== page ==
A project to restore an historic oyster yawl at its original home on the Kent coast is progressing well, thanks to sponsorship from local businesses including Shepherd Neame.
Shipwright Morgan Lewis gets to work on the Gamecock
The 43ft craft, which was built at Island Wall, Whitstable, in 1907, was acquired by charity Whitstable Maritime after falling into a state of disrepair. Volunteers have been working hard to give her a new lease of life since 2019.
It is hoped that, once fully restored, the vessel, which is now registered as a National Historic Ship, will have a second working life of 60 to 80 years as a community asset, thanks to the high quality of the workmanship.
Whitstable Maritime also aims for the craft to be a key part of the 5K Whitstable Maritime Coastal Trail, which explores the town’s heritage and coastline.
At a recent reception at the East Quay, supporters were able to see the progress being made for themselves, with full-time shipwright Morgan Lewis on hand to explain the work.
“We are working with all local oak and replacing old wood with new — she is getting stronger and stronger by the day,” he said. “She is a lot stronger than she was! But we have to be a bit careful, as she is also old and very weak in places.”
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One significant step forward has been the replacement of the stern post, which Morgan described as a “major piece of work”.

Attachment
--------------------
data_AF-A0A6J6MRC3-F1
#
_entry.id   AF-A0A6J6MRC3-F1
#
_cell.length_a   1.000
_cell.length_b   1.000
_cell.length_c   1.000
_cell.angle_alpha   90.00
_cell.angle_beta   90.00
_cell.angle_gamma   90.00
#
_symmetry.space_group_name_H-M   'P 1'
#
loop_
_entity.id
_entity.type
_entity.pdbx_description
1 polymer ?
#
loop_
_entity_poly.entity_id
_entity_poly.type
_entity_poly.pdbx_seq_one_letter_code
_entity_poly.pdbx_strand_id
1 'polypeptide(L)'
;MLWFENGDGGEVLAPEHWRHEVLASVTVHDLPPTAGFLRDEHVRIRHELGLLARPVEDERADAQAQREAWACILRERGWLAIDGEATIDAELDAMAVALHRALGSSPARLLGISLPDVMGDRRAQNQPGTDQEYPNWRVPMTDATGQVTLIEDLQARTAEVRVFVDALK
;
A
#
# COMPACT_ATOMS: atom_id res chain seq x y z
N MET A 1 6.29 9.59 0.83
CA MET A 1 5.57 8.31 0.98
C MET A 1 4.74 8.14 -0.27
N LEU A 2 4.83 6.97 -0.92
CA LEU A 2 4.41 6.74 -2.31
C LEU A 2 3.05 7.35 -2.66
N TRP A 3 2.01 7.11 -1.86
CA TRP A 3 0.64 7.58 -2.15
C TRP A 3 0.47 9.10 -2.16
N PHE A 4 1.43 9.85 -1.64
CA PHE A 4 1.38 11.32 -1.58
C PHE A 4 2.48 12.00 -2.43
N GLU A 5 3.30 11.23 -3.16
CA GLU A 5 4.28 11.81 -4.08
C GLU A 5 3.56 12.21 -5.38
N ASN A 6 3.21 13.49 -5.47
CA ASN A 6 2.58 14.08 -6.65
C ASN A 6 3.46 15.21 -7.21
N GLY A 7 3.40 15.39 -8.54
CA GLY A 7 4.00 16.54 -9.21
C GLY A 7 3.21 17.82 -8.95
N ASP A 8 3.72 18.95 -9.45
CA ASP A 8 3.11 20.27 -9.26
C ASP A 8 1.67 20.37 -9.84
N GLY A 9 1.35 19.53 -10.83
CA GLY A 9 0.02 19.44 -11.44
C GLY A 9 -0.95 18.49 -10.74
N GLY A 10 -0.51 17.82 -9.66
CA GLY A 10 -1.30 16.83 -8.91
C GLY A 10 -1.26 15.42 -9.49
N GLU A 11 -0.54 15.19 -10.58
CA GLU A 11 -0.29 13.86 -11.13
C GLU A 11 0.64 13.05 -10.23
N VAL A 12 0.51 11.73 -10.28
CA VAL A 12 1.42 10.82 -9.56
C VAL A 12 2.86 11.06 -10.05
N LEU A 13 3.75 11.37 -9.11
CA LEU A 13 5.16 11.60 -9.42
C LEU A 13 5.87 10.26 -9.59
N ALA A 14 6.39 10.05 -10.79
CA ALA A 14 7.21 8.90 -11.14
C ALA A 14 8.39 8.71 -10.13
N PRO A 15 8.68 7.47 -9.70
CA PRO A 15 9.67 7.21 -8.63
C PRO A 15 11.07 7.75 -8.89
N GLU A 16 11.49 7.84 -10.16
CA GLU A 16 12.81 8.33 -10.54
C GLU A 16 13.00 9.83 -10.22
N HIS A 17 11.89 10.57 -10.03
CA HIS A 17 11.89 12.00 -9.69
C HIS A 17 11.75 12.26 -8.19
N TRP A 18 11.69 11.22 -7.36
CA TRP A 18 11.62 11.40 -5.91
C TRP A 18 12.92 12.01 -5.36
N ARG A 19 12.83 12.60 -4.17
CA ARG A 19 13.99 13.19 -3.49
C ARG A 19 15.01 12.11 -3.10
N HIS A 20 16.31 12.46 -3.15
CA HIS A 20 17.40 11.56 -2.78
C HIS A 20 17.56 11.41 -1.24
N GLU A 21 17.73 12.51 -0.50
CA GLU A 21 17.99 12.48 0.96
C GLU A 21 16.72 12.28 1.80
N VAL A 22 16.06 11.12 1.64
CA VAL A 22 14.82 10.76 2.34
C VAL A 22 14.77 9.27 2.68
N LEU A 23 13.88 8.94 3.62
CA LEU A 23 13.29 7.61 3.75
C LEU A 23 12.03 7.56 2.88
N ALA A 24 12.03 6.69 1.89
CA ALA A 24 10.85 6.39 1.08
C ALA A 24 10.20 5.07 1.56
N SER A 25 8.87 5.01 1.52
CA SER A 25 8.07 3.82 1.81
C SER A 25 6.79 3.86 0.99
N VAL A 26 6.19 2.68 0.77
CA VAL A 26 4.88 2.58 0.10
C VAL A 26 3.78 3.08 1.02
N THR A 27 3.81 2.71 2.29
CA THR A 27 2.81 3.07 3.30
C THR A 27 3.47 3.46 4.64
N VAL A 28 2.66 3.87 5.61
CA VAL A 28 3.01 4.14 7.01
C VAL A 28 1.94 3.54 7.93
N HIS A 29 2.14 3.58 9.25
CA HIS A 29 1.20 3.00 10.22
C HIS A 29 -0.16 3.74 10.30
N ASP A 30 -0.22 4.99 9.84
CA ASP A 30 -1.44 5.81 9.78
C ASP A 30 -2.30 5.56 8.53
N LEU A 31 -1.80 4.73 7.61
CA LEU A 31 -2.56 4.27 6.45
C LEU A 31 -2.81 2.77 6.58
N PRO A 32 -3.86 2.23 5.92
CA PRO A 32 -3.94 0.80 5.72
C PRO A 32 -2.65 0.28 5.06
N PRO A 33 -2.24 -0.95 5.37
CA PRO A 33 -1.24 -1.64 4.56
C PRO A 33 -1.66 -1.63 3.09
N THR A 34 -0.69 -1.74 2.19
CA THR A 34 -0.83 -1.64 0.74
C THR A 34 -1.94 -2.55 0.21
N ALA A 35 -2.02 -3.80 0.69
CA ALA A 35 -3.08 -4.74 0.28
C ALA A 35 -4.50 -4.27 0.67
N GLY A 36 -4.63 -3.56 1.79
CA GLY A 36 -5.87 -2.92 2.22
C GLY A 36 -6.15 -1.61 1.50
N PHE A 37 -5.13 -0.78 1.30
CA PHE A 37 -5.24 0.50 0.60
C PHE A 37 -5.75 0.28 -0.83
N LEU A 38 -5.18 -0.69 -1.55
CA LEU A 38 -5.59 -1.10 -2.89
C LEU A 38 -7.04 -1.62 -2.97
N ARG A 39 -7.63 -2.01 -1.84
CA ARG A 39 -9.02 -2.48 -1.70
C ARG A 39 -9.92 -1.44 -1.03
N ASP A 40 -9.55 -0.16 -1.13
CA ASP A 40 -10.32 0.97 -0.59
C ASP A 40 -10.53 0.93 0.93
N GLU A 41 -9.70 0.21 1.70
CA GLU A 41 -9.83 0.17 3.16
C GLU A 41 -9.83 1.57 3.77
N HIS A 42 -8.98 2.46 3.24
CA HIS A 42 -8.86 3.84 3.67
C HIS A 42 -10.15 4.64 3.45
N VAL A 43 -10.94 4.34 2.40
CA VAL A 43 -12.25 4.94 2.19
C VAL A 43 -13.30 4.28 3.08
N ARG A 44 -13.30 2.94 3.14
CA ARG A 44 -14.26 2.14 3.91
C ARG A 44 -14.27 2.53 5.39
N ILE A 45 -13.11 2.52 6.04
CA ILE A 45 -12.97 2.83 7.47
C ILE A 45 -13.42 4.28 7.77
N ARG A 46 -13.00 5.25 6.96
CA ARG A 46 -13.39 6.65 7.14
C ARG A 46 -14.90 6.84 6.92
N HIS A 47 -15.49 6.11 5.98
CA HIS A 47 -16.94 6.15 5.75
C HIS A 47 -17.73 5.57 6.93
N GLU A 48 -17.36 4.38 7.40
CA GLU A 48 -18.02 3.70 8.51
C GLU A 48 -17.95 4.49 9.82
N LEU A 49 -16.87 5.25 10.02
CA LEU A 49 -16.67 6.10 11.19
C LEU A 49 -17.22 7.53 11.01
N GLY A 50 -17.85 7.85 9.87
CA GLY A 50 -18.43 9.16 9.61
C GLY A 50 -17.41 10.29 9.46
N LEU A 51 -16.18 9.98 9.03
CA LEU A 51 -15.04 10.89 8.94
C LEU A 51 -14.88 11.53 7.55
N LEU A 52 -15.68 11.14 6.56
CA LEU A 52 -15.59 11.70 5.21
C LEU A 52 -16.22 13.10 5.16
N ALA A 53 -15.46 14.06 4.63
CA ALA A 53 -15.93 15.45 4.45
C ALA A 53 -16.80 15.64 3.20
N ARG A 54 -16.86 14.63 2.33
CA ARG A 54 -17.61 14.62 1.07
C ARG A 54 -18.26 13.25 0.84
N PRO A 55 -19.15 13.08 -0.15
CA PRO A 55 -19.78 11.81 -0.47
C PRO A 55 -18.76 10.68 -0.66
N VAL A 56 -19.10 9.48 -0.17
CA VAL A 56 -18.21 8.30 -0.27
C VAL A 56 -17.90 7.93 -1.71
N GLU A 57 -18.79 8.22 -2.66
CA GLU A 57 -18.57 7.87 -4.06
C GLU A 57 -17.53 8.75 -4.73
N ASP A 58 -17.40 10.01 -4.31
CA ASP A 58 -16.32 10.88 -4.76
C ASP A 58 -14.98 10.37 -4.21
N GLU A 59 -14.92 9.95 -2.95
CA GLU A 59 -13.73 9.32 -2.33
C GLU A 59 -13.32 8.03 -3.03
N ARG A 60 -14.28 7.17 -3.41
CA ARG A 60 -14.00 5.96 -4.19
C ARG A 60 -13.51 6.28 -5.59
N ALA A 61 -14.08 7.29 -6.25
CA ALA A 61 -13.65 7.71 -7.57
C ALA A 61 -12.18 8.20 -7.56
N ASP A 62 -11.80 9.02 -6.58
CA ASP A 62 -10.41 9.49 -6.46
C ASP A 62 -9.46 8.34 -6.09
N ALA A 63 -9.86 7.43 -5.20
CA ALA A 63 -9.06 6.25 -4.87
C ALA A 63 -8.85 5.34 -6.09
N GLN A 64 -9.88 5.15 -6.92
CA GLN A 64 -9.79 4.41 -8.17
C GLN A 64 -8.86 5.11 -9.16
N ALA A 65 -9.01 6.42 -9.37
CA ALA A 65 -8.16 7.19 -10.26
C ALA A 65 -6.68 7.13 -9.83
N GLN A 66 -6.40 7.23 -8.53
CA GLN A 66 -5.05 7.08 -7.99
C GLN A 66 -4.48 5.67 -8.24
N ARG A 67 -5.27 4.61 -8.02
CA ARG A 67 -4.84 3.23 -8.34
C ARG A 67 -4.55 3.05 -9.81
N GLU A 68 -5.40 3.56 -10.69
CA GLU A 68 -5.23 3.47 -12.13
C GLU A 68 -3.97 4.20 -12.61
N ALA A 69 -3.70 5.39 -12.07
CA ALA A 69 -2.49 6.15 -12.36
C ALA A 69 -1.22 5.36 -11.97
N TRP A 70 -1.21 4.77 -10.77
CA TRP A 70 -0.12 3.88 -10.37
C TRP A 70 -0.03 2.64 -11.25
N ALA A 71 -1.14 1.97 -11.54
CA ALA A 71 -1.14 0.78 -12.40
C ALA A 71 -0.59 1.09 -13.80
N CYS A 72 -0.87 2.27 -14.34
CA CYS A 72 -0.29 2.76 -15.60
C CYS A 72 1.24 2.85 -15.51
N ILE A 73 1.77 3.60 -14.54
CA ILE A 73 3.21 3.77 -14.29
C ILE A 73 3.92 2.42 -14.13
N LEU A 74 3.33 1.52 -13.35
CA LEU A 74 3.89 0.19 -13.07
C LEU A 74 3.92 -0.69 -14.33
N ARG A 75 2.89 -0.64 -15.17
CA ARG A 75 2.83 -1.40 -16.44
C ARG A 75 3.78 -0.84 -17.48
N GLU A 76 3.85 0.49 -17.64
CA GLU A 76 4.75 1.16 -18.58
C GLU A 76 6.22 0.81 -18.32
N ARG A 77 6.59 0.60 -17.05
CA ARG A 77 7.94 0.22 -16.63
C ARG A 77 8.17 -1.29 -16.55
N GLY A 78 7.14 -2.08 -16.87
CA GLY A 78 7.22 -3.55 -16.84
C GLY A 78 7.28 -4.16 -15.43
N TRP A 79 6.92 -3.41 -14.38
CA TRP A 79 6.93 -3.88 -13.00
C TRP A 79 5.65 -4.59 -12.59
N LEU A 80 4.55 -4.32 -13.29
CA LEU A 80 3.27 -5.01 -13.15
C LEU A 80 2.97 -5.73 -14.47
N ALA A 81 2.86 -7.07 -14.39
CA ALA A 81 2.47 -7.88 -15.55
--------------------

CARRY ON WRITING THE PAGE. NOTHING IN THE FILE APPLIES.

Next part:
The Gamecock spent her time dredging oysters in the Swale and today is one of only three oyster yawls left intact. She has a special connection to Faversham-based Shepherd Neame, as this type of oyster yawl inspired the design for its award-winning Whitstable Bay beer range.
Shepherd Neame has also named each of the boutique rooms at its newly reopened Duke of Cumberland pub in Whitstable after the town’s historic oyster fishing vessels, including the Gamecock.
Susannah Gooch, who has recently been appointed chair of Whitstable Maritime, said: “I can’t believe how much work has been done on the boat since the last time I saw it! We are really pleased with the progress being made, and expect to see the Gamecock starting her second working life by the end of 2025.”
Susannah, who is a keen sailor herself, added: “We would like to thank all the local businesses and volunteers for their support with this unique project. It is great to see the community working together to preserve our Kent heritage.”